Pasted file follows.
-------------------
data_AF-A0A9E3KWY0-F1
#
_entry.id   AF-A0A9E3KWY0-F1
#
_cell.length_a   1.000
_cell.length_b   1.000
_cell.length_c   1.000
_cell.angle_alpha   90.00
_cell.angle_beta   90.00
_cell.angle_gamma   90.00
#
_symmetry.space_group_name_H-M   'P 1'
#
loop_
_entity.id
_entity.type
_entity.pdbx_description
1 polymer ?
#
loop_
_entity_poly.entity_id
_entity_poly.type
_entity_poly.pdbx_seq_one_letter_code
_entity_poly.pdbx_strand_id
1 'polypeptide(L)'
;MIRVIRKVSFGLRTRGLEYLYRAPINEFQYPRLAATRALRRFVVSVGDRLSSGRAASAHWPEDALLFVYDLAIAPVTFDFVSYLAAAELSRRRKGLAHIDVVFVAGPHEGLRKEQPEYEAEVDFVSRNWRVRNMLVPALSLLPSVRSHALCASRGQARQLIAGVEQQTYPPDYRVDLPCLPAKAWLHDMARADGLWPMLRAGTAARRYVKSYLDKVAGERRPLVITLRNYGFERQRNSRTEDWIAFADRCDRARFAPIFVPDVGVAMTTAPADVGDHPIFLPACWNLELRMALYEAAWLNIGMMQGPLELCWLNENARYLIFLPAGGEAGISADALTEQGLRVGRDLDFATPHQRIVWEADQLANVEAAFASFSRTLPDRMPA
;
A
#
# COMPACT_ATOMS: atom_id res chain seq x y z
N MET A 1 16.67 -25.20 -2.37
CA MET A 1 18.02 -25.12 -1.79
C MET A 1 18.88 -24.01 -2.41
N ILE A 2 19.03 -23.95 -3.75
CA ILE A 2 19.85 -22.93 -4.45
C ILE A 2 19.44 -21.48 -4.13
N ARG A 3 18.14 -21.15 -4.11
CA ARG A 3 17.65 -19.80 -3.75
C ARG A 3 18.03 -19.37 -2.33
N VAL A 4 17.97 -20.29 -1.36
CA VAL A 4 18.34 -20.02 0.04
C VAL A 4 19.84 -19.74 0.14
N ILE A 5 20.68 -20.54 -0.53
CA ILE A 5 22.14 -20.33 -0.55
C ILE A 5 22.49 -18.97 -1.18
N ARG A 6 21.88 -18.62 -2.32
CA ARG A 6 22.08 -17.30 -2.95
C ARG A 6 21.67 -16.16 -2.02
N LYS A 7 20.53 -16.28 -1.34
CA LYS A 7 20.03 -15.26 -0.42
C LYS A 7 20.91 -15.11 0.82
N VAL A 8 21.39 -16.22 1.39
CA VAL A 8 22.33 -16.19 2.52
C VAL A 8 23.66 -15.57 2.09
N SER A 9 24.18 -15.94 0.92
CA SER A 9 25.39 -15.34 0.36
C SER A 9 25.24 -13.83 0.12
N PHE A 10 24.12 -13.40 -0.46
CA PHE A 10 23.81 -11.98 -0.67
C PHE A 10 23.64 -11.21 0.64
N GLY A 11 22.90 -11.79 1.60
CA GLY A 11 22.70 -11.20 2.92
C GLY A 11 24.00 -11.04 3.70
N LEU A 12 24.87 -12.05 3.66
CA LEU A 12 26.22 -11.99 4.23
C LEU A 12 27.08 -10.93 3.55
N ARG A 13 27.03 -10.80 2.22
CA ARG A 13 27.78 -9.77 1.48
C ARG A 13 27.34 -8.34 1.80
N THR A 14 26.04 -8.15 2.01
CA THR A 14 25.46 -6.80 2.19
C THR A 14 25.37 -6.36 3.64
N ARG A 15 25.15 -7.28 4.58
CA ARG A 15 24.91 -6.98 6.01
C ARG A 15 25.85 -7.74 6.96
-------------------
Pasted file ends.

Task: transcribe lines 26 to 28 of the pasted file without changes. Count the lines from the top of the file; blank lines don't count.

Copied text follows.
;MIRVIRKVSFGLRTRGLEYLYRAPINEFQYPRLAATRALRRFVVSVGDRLSSGRAASAHWPEDALLFVYDLAIAPVTFDFVSYLAAAELSRRRKGLAHIDVVFVAGPHEGLRKEQPEYEAEVDFVSRNWRVRNMLVPALSLLPSVRSHALCASRGQARQLIAGVEQQTYPPDYRVDLPCLPAKAWLHDMARADGLWPMLRAGTAARRYVKSYLDKVAGERRPLVITLRNYGFERQRNSRTEDWIAFADRCDRARFAPIFVPDVGVAMTTAPADVGDHPIFLPACWNLELRMALYEAAWLNIGMMQGPLELCWLNENARYLIFLPAGGEAGISADALTEQGLRVGRDLDFATPHQRIVWEADQLANVEAAFASFSRTLPDRMPA
;
A